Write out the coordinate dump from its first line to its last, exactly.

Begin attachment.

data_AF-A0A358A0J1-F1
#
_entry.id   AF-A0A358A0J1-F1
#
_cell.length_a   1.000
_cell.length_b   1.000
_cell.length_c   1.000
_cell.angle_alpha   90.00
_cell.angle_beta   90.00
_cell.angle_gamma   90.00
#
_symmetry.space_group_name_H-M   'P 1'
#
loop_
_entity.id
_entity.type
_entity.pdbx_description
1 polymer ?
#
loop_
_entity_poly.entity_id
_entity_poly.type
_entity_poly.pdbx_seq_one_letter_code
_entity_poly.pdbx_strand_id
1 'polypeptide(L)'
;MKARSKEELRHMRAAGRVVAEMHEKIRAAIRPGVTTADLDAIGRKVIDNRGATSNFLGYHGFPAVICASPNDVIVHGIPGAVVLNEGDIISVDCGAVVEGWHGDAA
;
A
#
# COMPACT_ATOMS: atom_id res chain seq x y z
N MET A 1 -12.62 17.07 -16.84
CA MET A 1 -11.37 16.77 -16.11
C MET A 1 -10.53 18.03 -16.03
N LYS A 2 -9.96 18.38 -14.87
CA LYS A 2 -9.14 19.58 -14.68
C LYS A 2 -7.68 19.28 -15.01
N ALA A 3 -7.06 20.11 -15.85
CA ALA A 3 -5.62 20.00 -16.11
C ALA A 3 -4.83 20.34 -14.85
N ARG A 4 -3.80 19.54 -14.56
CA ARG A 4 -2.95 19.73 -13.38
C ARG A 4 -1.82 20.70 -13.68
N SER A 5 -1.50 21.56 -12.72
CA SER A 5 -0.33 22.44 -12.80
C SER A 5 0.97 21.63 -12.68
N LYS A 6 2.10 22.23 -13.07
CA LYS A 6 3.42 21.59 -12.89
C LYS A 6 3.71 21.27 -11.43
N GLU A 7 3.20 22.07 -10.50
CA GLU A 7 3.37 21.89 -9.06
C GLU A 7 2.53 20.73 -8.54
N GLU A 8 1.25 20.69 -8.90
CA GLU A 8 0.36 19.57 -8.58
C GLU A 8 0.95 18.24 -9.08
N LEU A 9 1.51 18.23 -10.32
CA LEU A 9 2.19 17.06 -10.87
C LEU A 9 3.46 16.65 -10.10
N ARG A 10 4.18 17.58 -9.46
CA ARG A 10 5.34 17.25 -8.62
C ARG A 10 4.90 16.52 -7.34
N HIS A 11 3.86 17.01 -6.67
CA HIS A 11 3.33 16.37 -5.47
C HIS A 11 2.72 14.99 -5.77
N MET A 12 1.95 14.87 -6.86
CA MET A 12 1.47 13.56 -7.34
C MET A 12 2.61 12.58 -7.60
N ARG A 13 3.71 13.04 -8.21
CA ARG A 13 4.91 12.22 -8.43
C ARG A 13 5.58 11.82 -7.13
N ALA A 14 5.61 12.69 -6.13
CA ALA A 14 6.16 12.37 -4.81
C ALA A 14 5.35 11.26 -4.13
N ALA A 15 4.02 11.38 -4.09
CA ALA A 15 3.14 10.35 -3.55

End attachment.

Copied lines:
data_AF-A0A358A0J1-F1
#
_entry.id   AF-A0A358A0J1-F1
#
_cell.length_a   1.000
_cell.length_b   1.000
_cell.length_c   1.000
_cell.angle_alpha   90.00
_cell.angle_beta   90.00
_cell.angle_gamma   90.00
#
_symmetry.space_group_name_H-M   'P 1'
#
loop_
_entity.id
_entity.type
_entity.pdbx_description
1 polymer ?
#
loop_
_entity_poly.entity_id
_entity_poly.type
_entity_poly.pdbx_seq_one_letter_code
_entity_poly.pdbx_strand_id
1 'polypeptide(L)'
;MKARSKEELRHMRAAGRVVAEMHEKIRAAIRPGVTTADLDAIGRKVIDNRGATSNFLGYHGFPAVICASPNDVIVHGIPGAVVLNEGDIISVDCGAVVEGWHGDAA
;
A
#
# COMPACT_ATOMS: atom_id res chain seq x y z
N MET A 1 -12.62 17.07 -16.84
CA MET A 1 -11.37 16.77 -16.11
C MET A 1 -10.53 18.03 -16.03
N LYS A 2 -9.96 18.38 -14.87
CA LYS A 2 -9.14 19.58 -14.68
C LYS A 2 -7.68 19.28 -15.01
N ALA A 3 -7.06 20.11 -15.85
CA ALA A 3 -5.62 20.00 -16.11
C ALA A 3 -4.83 20.34 -14.85
N ARG A 4 -3.80 19.54 -14.56
CA ARG A 4 -2.95 19.73 -13.38
C ARG A 4 -1.82 20.70 -13.68
N SER A 5 -1.50 21.56 -12.72
CA SER A 5 -0.33 22.44 -12.80
C SER A 5 0.97 21.63 -12.68
N LYS A 6 2.10 22.23 -13.07
CA LYS A 6 3.42 21.59 -12.89
C LYS A 6 3.71 21.27 -11.43
N GLU A 7 3.20 22.07 -10.50
CA GLU A 7 3.37 21.89 -9.06
C GLU A 7 2.53 20.73 -8.54
N GLU A 8 1.25 20.69 -8.90
CA GLU A 8 0.36 19.57 -8.58
C GLU A 8 0.95 18.24 -9.08
N LEU A 9 1.51 18.23 -10.32
CA LEU A 9 2.19 17.06 -10.87
C LEU A 9 3.46 16.65 -10.10
N ARG A 10 4.18 17.58 -9.46
CA ARG A 10 5.34 17.25 -8.62
C ARG A 10 4.90 16.52 -7.34
N HIS A 11 3.86 17.01 -6.67
CA HIS A 11 3.33 16.37 -5.47
C HIS A 11 2.72 14.99 -5.77
N MET A 12 1.95 14.87 -6.86
CA MET A 12 1.47 13.56 -7.34
C MET A 12 2.61 12.58 -7.60
N ARG A 13 3.71 13.04 -8.21
CA ARG A 13 4.91 12.22 -8.43
C ARG A 13 5.58 11.82 -7.13
N ALA A 14 5.61 12.69 -6.13
CA ALA A 14 6.16 12.37 -4.81
C ALA A 14 5.35 11.26 -4.13
N ALA A 15 4.02 11.38 -4.09
CA ALA A 15 3.14 10.35 -3.55